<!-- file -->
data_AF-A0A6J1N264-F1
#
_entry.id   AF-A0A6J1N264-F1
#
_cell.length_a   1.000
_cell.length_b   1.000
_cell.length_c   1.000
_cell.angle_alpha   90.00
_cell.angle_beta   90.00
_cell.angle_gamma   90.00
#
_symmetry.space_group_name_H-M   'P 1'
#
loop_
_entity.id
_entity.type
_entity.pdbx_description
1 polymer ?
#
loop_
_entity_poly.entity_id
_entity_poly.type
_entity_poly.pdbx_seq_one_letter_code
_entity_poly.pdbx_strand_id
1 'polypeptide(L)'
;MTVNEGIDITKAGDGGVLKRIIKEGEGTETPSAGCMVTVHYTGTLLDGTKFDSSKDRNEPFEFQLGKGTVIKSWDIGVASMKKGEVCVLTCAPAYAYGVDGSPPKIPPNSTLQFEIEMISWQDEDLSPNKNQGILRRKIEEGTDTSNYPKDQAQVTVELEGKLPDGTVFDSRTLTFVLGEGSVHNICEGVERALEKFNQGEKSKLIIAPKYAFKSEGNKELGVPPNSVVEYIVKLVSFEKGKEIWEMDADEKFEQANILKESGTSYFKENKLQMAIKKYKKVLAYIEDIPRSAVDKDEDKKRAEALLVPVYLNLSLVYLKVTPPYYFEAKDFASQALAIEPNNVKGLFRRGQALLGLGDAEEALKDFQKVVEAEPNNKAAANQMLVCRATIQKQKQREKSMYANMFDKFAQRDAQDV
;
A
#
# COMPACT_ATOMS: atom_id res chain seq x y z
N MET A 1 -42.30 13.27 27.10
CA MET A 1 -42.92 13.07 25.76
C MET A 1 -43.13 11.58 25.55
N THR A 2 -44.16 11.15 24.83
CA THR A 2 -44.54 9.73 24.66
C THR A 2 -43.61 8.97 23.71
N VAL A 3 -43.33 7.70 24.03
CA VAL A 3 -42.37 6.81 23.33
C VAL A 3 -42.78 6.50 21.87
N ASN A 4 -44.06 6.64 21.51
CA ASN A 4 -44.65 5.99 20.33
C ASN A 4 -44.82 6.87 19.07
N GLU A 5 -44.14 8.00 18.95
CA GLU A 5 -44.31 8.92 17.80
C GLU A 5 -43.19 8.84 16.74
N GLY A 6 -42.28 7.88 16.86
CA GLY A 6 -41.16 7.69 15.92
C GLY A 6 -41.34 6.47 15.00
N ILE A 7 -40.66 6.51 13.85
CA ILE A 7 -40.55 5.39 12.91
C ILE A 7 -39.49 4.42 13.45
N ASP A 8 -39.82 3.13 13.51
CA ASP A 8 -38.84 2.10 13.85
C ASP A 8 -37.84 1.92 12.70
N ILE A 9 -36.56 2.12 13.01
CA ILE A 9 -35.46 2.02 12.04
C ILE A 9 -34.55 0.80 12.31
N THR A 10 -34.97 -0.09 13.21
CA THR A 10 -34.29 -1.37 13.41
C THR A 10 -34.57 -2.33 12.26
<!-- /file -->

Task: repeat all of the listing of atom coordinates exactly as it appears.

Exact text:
data_AF-A0A6J1N264-F1
#
_entry.id   AF-A0A6J1N264-F1
#
_cell.length_a   1.000
_cell.length_b   1.000
_cell.length_c   1.000
_cell.angle_alpha   90.00
_cell.angle_beta   90.00
_cell.angle_gamma   90.00
#
_symmetry.space_group_name_H-M   'P 1'
#
loop_
_entity.id
_entity.type
_entity.pdbx_description
1 polymer ?
#
loop_
_entity_poly.entity_id
_entity_poly.type
_entity_poly.pdbx_seq_one_letter_code
_entity_poly.pdbx_strand_id
1 'polypeptide(L)'
;MTVNEGIDITKAGDGGVLKRIIKEGEGTETPSAGCMVTVHYTGTLLDGTKFDSSKDRNEPFEFQLGKGTVIKSWDIGVASMKKGEVCVLTCAPAYAYGVDGSPPKIPPNSTLQFEIEMISWQDEDLSPNKNQGILRRKIEEGTDTSNYPKDQAQVTVELEGKLPDGTVFDSRTLTFVLGEGSVHNICEGVERALEKFNQGEKSKLIIAPKYAFKSEGNKELGVPPNSVVEYIVKLVSFEKGKEIWEMDADEKFEQANILKESGTSYFKENKLQMAIKKYKKVLAYIEDIPRSAVDKDEDKKRAEALLVPVYLNLSLVYLKVTPPYYFEAKDFASQALAIEPNNVKGLFRRGQALLGLGDAEEALKDFQKVVEAEPNNKAAANQMLVCRATIQKQKQREKSMYANMFDKFAQRDAQDV
;
A
#
# COMPACT_ATOMS: atom_id res chain seq x y z
N MET A 1 -42.30 13.27 27.10
CA MET A 1 -42.92 13.07 25.76
C MET A 1 -43.13 11.58 25.55
N THR A 2 -44.16 11.15 24.83
CA THR A 2 -44.54 9.73 24.66
C THR A 2 -43.61 8.97 23.71
N VAL A 3 -43.33 7.70 24.03
CA VAL A 3 -42.37 6.81 23.33
C VAL A 3 -42.78 6.50 21.87
N ASN A 4 -44.06 6.64 21.51
CA ASN A 4 -44.65 5.99 20.33
C ASN A 4 -44.82 6.87 19.07
N GLU A 5 -44.14 8.00 18.95
CA GLU A 5 -44.31 8.92 17.80
C GLU A 5 -43.19 8.84 16.74
N GLY A 6 -42.28 7.88 16.86
CA GLY A 6 -41.16 7.69 15.92
C GLY A 6 -41.34 6.47 15.00
N ILE A 7 -40.66 6.51 13.85
CA ILE A 7 -40.55 5.39 12.91
C ILE A 7 -39.49 4.42 13.45
N ASP A 8 -39.82 3.13 13.51
CA ASP A 8 -38.84 2.10 13.85
C ASP A 8 -37.84 1.92 12.70
N ILE A 9 -36.56 2.12 13.01
CA ILE A 9 -35.46 2.02 12.04
C ILE A 9 -34.55 0.80 12.31
N THR A 10 -34.97 -0.09 13.21
CA THR A 10 -34.29 -1.37 13.41
C THR A 10 -34.57 -2.33 12.26